Answers appear (in summary) to be as follows, though I did not manage to hear the entire hearing and will be awaiting a transcript to fill them in in more detail:

3. Responses will be scanned.
9. Mark a box.
11. It sounds like just a reply-paid envelope with a form with a scannable code.
12. No requirement to sign anything.

12 is unfortunate.  A signature requirement can be very useful in identifying whether multiple submission is a result of survey theft as opposed to a result of the respondent being either forgetful or fraudulent.

Of concern to me was a discussion in which the ABS representative talked about forms sent to the wrong address because an elector was incorrectly enrolled.  In this case they could ask for another form and the code on the old form would be cancelled.  However, when asked what would happen in this case regarding the original vote not being counted, there was the answer that it was "a question of which is returned first".

I can't think of any other interpretation than this: that if someone gets a vote for someone else and uses it before the other person realises they were incorrectly enrolled, then the misused vote will count while the voter will be disenfranchised.  This might well apply to cases of vote theft too.

It seems unsatisfactory given that there are better solutions in place for postal elections, and shows the extent to which this is a rush job.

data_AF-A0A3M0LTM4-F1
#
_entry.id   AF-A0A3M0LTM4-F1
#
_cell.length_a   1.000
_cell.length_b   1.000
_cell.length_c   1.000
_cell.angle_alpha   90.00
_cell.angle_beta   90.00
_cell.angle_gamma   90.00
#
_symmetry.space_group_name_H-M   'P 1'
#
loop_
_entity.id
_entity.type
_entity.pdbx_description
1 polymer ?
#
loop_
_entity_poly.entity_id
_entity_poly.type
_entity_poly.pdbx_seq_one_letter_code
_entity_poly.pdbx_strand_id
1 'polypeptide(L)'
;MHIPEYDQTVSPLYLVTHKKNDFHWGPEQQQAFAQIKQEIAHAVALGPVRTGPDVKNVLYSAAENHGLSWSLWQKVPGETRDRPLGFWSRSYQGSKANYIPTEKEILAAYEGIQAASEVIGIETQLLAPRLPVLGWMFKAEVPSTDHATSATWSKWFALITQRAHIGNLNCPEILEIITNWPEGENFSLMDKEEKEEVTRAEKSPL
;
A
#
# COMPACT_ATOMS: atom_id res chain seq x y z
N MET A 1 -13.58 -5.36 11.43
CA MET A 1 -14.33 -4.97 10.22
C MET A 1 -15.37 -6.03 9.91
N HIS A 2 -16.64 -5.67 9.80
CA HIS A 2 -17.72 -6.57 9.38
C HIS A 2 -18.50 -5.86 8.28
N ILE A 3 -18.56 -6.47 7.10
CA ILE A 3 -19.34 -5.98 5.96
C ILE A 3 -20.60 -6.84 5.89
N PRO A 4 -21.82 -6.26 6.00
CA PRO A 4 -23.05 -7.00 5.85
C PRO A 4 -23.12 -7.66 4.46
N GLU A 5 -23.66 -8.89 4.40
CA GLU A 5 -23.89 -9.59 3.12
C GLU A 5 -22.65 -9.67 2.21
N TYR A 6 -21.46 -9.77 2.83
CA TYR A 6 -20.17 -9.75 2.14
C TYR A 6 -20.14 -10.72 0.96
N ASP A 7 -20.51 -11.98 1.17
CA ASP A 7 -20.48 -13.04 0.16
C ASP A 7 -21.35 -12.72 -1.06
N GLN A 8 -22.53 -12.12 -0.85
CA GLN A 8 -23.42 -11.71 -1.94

The other concerning aspect was a nonsensical passage in which the survey was claimed to be something the ABS could do in ways the AEC couldn't.  The only evidence offered for this claim concerned assistance for blind or similarly impaired respondents to have their survey completed by a third party.  In fact such assistance exists at AEC elections too.



Saturday, August 12, 2017

Will "Hate Speech" Be Illegal In The "Plebiscite"?

Things are moving fast in the Government's attempt to conduct a national voluntary postal vote on same-sex marriage.  Although we won't get to the High Court challenge against the "survey" until September 5-6 - meaning we might be a month away from knowing if the thing is on at all - a lot of questions are being raised and in cases answered about how exactly the plebiscite will be conducted, if it does proceed.  A major problem with the exercise has been that since it is not an Australian Electoral Commission process authorised by an act of Parliament, normal election requirements (authorisation, fraud and vote-buying protections and challenges) do not exist unless separately provided for.  In Thursday's instalment (Electoral Process, But Not As We Know It: Postal Plebiscite V2) I mentioned that at least regulation would be needed to get around these problems.  However the regulations available under legislation concerning the ABS are very limited concerning penalties.